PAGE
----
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"Here I am, not quite dying."
on 19 November 2017
On the morning of the 8th of January 2013 - his 66th birthday - David Bowie released his first single in almost a decade, 'Where Are We Now?' and it seemed to come from nowhere. There'd been no fanfare; no promotional interviews; not even a whisper of rumour as to his possible return to making new music after such a long absence. In fact, most Bowie fans - myself included - and those within the music industry, had long given up hope of Bowie ever doing so again. So, it was a huge shock to discover that he'd been secretly writing & recording for some time. But how could anyone as famous as he, in this age of the internet & the intense scrutiny of the press, have done so without it becoming public knowledge? How had he kept it so secret & why? The 'why' can be explained by the impact it had; the 'how' by only telling those who he'd chosen to work on it. It proved to be a masterstroke, as evidenced by the media attention the new single & subsequent album, garnered. The single itself seemed to suggest that Bowie was looking backward; sifting through his past for inspiration. An idea that was strengthened by the artwork on the album cover, released two months later. But 'The Next Day' proved to be more than just the expected trip down memory lane...
1. The Next Day - The album gets off to a fine start with this rocky number, quickly dispelling any thoughts that Bowie would be regurgitating his past throughout the record. In fact, he seems positively defiant in the face of the Father Time. Sadly, it did not do well in the singles chart, reaching a sorry #179.
2. Dirty Boys - A slower track as Bowie sings of running wild on the London streets.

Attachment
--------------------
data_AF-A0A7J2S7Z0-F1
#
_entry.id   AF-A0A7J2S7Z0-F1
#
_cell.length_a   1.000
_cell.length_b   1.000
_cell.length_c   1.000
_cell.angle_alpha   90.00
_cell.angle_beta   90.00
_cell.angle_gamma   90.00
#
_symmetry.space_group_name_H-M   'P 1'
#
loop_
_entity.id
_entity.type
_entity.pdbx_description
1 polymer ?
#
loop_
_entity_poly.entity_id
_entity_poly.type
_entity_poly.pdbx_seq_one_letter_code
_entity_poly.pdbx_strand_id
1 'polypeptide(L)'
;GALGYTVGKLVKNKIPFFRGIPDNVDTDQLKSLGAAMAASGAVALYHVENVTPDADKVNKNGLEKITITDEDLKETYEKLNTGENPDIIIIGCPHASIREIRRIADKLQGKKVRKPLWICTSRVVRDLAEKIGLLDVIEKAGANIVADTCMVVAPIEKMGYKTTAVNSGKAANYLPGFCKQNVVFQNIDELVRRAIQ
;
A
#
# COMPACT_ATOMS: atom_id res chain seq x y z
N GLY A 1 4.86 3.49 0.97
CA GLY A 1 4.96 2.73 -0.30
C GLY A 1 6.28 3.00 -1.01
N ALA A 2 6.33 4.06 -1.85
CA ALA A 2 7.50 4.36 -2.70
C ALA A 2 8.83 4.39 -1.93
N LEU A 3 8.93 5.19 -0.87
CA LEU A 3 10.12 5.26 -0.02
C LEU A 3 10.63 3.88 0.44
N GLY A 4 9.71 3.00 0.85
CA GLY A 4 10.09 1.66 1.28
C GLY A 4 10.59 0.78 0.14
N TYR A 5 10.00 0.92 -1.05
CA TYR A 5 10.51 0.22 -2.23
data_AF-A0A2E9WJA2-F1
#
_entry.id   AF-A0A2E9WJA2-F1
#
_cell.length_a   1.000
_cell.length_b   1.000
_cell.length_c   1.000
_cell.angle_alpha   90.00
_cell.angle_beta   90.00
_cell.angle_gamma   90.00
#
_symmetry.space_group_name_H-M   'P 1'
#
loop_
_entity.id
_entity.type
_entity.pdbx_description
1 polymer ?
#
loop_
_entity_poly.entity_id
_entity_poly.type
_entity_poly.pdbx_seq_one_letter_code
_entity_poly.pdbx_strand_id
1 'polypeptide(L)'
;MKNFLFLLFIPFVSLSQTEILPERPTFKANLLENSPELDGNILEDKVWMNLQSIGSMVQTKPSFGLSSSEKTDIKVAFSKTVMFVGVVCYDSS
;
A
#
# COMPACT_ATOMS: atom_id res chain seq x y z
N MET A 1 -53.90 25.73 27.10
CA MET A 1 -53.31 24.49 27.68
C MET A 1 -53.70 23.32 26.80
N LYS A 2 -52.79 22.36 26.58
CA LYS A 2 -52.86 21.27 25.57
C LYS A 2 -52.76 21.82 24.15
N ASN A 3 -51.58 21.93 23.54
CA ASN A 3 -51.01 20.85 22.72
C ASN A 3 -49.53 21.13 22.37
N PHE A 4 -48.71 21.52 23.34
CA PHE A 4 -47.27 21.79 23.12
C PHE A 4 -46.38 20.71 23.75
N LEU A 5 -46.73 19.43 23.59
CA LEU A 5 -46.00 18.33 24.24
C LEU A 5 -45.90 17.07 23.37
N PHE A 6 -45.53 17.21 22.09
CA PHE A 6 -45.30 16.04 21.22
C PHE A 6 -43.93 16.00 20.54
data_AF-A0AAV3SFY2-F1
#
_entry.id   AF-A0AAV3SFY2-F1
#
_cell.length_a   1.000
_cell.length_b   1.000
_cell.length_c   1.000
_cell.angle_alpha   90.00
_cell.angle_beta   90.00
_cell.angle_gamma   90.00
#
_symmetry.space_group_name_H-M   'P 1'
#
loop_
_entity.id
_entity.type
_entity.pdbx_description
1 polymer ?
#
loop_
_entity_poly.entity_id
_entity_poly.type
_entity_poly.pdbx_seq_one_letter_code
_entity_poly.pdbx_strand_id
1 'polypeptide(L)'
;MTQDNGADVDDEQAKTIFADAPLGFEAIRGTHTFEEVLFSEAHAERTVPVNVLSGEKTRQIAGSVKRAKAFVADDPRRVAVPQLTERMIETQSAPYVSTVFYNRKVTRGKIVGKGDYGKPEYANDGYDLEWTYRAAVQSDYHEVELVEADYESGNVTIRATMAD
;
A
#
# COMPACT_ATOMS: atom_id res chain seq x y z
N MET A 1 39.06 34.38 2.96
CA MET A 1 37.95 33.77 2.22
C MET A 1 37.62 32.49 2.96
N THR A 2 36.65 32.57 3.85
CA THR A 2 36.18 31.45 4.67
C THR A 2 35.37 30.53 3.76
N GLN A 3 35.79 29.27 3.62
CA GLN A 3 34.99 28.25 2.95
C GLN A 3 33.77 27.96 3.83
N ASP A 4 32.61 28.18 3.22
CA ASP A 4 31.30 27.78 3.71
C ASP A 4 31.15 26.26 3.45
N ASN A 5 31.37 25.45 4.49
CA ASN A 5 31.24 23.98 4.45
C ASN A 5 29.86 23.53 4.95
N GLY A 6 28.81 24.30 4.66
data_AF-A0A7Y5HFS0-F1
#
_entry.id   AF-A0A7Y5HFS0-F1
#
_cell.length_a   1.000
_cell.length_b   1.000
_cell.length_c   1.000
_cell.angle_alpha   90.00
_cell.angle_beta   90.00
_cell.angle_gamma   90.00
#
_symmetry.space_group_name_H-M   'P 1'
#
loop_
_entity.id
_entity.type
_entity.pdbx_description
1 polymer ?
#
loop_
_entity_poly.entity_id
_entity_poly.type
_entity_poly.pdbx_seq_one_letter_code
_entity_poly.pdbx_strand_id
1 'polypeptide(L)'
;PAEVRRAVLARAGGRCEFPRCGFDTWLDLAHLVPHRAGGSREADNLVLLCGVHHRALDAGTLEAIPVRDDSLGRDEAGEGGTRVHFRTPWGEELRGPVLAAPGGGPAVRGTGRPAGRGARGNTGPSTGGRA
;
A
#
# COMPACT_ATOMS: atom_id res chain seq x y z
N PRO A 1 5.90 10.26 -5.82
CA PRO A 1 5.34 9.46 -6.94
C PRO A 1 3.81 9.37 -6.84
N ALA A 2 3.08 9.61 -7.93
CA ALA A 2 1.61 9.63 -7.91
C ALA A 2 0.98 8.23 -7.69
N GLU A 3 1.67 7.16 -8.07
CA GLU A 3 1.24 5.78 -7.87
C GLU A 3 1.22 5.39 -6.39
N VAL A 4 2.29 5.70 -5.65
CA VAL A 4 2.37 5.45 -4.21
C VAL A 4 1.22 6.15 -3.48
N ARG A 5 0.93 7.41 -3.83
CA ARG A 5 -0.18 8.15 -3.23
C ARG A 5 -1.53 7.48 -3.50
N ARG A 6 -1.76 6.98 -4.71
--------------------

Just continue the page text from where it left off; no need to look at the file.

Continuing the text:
3. The Stars (Are Out Tonight) - The second single, a moderate song, in my opinion & a comment on the celebrity obsessed media.
4. Love Is Lost - There's something slightly unsettling about this song; a combination of the music & the lyrical content. I don't know whether it's about the loss of innocence, first love, re-incarnation or all or none of the above.
5. Where Are We Now? - The song that announced Bowie's return sees him reflect on his time in Berlin almost forty years before. It is as beautiful, poignant & yearning as he has ever allowed himself to be on record & incredibly life-affirming. It was also his first top ten record in twenty years.
6. Valentine's Day - An oddly jaunty sounding song, if, as Visconti claimed, it's about a high school shooter. It's okay but not one of the album's highlights.
7. If You Can See Me - Not sure what this one is about but I love it! It sounds utterly different from anything else on the record & features bassist Gail Ann Dorsey wailing magnificently in the background.
8. I'd Rather Be High - An anti-war song from Bowie? Rarely is he this explicit. Lovely sing-along chorus.
9. Boss Of Me - A fine if unremarkable number.
10. Dancing Out In Space - Well, it could hardly be a David Bowie album without at least one song having 'space' in the title. It's an enjoyable, jaunty piece of fluff.
11. How Does The Grass Grow? - If this is another anti-war it's not nearly so obvious as 'I'd Rather Be High.' It's a little more discordant than most of the tracks.
12. (You Will) Set The World On Fire - A great crunching guitar heralds this song about the beatnik poets & artists that were beloved of Bowie in his youth.
13. You Feel So Lonely You Could Die - One of the album's highlights, featuring some great military drumming & a nice use of strings. Bowie's voice is at its full throated best & is complemented by some lovely backing singing. It is rumoured to be a dig at Morrisey.
14. Heat - An acoustic guitar dominates the final song, backed by some atmospherics, as Bowie sings seemingly unsure of who he is. Apparently inspired by a Japanese novel.
While there was an understandable amount of hyperbole about this record at the time of its release, I don't feel it's anywhere near his best work. It is still a decent album but not the masterpiece some claimed at the time.